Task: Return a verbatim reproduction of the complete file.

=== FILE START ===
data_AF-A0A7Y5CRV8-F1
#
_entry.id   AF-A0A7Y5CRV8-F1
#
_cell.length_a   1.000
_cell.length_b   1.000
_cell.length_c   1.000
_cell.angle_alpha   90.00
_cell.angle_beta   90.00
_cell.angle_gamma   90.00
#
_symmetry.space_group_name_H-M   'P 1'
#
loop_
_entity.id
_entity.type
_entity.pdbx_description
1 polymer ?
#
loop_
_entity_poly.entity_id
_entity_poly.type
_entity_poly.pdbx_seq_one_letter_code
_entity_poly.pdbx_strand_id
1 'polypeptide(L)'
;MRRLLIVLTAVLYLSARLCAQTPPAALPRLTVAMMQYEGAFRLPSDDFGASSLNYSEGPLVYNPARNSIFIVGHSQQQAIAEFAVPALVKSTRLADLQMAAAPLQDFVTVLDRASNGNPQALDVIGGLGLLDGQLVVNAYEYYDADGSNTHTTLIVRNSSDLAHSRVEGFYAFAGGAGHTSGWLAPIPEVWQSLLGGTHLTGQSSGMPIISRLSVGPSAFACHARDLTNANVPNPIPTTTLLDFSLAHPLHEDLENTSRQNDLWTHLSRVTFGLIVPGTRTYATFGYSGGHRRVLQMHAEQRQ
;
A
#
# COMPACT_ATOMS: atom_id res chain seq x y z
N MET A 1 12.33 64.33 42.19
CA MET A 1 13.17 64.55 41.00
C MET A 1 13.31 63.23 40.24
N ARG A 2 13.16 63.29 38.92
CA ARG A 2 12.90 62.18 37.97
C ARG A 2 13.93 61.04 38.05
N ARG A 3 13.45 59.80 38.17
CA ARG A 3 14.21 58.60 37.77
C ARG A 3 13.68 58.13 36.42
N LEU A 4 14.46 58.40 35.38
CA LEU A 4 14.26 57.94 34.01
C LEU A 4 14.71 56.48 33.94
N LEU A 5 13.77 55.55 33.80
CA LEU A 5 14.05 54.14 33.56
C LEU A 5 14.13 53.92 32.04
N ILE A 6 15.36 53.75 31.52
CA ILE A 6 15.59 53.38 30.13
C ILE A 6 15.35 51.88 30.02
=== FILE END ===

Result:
data_AF-A0A7Y5CRV8-F1
#
_entry.id   AF-A0A7Y5CRV8-F1
#
_cell.length_a   1.000
_cell.length_b   1.000
_cell.length_c   1.000
_cell.angle_alpha   90.00
_cell.angle_beta   90.00
_cell.angle_gamma   90.00
#
_symmetry.space_group_name_H-M   'P 1'
#
loop_
_entity.id
_entity.type
_entity.pdbx_description
1 polymer ?
#
loop_
_entity_poly.entity_id
_entity_poly.type
_entity_poly.pdbx_seq_one_letter_code
_entity_poly.pdbx_strand_id
1 'polypeptide(L)'
;MRRLLIVLTAVLYLSARLCAQTPPAALPRLTVAMMQYEGAFRLPSDDFGASSLNYSEGPLVYNPARNSIFIVGHSQQQAIAEFAVPALVKSTRLADLQMAAAPLQDFVTVLDRASNGNPQALDVIGGLGLLDGQLVVNAYEYYDADGSNTHTTLIVRNSSDLAHSRVEGFYAFAGGAGHTSGWLAPIPEVWQSLLGGTHLTGQSSGMPIISRLSVGPSAFACHARDLTNANVPNPIPTTTLLDFSLAHPLHEDLENTSRQNDLWTHLSRVTFGLIVPGTRTYATFGYSGGHRRVLQMHAEQRQ
;
A
#
# COMPACT_ATOMS: atom_id res chain seq x y z
N MET A 1 12.33 64.33 42.19
CA MET A 1 13.17 64.55 41.00
C MET A 1 13.31 63.23 40.24
N ARG A 2 13.16 63.29 38.92
CA ARG A 2 12.90 62.18 37.97
C ARG A 2 13.93 61.04 38.05
N ARG A 3 13.45 59.80 38.17
CA ARG A 3 14.21 58.60 37.77
C ARG A 3 13.68 58.13 36.42
N LEU A 4 14.46 58.40 35.38
CA LEU A 4 14.26 57.94 34.01
C LEU A 4 14.71 56.48 33.94
N LEU A 5 13.77 55.55 33.80
CA LEU A 5 14.05 54.14 33.56
C LEU A 5 14.13 53.92 32.04
N ILE A 6 15.36 53.75 31.52
CA ILE A 6 15.59 53.38 30.13
C ILE A 6 15.35 51.88 30.02